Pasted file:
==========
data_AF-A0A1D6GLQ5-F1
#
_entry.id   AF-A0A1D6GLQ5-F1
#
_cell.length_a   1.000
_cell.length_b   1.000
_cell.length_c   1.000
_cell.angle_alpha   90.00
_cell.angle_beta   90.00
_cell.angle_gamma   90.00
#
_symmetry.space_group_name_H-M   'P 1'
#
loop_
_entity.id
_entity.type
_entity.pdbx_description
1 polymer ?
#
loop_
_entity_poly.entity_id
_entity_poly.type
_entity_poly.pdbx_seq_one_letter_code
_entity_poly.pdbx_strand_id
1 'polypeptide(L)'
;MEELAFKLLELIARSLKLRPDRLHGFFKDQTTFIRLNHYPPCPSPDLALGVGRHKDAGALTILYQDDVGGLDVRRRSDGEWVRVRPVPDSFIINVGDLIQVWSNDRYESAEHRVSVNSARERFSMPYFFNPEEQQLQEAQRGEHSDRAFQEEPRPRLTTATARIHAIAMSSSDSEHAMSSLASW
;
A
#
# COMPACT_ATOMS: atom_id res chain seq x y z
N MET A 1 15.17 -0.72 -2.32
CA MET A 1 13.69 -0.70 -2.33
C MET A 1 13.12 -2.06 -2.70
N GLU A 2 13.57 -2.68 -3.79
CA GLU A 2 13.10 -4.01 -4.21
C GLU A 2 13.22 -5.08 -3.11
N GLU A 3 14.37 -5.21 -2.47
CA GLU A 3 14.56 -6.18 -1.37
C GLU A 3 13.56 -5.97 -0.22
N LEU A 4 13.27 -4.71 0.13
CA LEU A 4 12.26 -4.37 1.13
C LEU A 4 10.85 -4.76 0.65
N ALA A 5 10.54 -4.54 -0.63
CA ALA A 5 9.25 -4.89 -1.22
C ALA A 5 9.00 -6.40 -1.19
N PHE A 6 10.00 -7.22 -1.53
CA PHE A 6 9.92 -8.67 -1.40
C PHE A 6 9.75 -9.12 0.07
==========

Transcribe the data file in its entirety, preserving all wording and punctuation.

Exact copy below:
data_AF-A0A1D6GLQ5-F1
#
_entry.id   AF-A0A1D6GLQ5-F1
#
_cell.length_a   1.000
_cell.length_b   1.000
_cell.length_c   1.000
_cell.angle_alpha   90.00
_cell.angle_beta   90.00
_cell.angle_gamma   90.00
#
_symmetry.space_group_name_H-M   'P 1'
#
loop_
_entity.id
_entity.type
_entity.pdbx_description
1 polymer ?
#
loop_
_entity_poly.entity_id
_entity_poly.type
_entity_poly.pdbx_seq_one_letter_code
_entity_poly.pdbx_strand_id
1 'polypeptide(L)'
;MEELAFKLLELIARSLKLRPDRLHGFFKDQTTFIRLNHYPPCPSPDLALGVGRHKDAGALTILYQDDVGGLDVRRRSDGEWVRVRPVPDSFIINVGDLIQVWSNDRYESAEHRVSVNSARERFSMPYFFNPEEQQLQEAQRGEHSDRAFQEEPRPRLTTATARIHAIAMSSSDSEHAMSSLASW
;
A
#
# COMPACT_ATOMS: atom_id res chain seq x y z
N MET A 1 15.17 -0.72 -2.32
CA MET A 1 13.69 -0.70 -2.33
C MET A 1 13.12 -2.06 -2.70
N GLU A 2 13.57 -2.68 -3.79
CA GLU A 2 13.10 -4.01 -4.21
C GLU A 2 13.22 -5.08 -3.11
N GLU A 3 14.37 -5.21 -2.47
CA GLU A 3 14.56 -6.18 -1.37
C GLU A 3 13.56 -5.97 -0.22
N LEU A 4 13.27 -4.71 0.13
CA LEU A 4 12.26 -4.37 1.13
C LEU A 4 10.85 -4.76 0.65
N ALA A 5 10.54 -4.54 -0.63
CA ALA A 5 9.25 -4.89 -1.22
C ALA A 5 9.00 -6.40 -1.19
N PHE A 6 10.00 -7.22 -1.53
CA PHE A 6 9.92 -8.67 -1.40
C PHE A 6 9.75 -9.12 0.07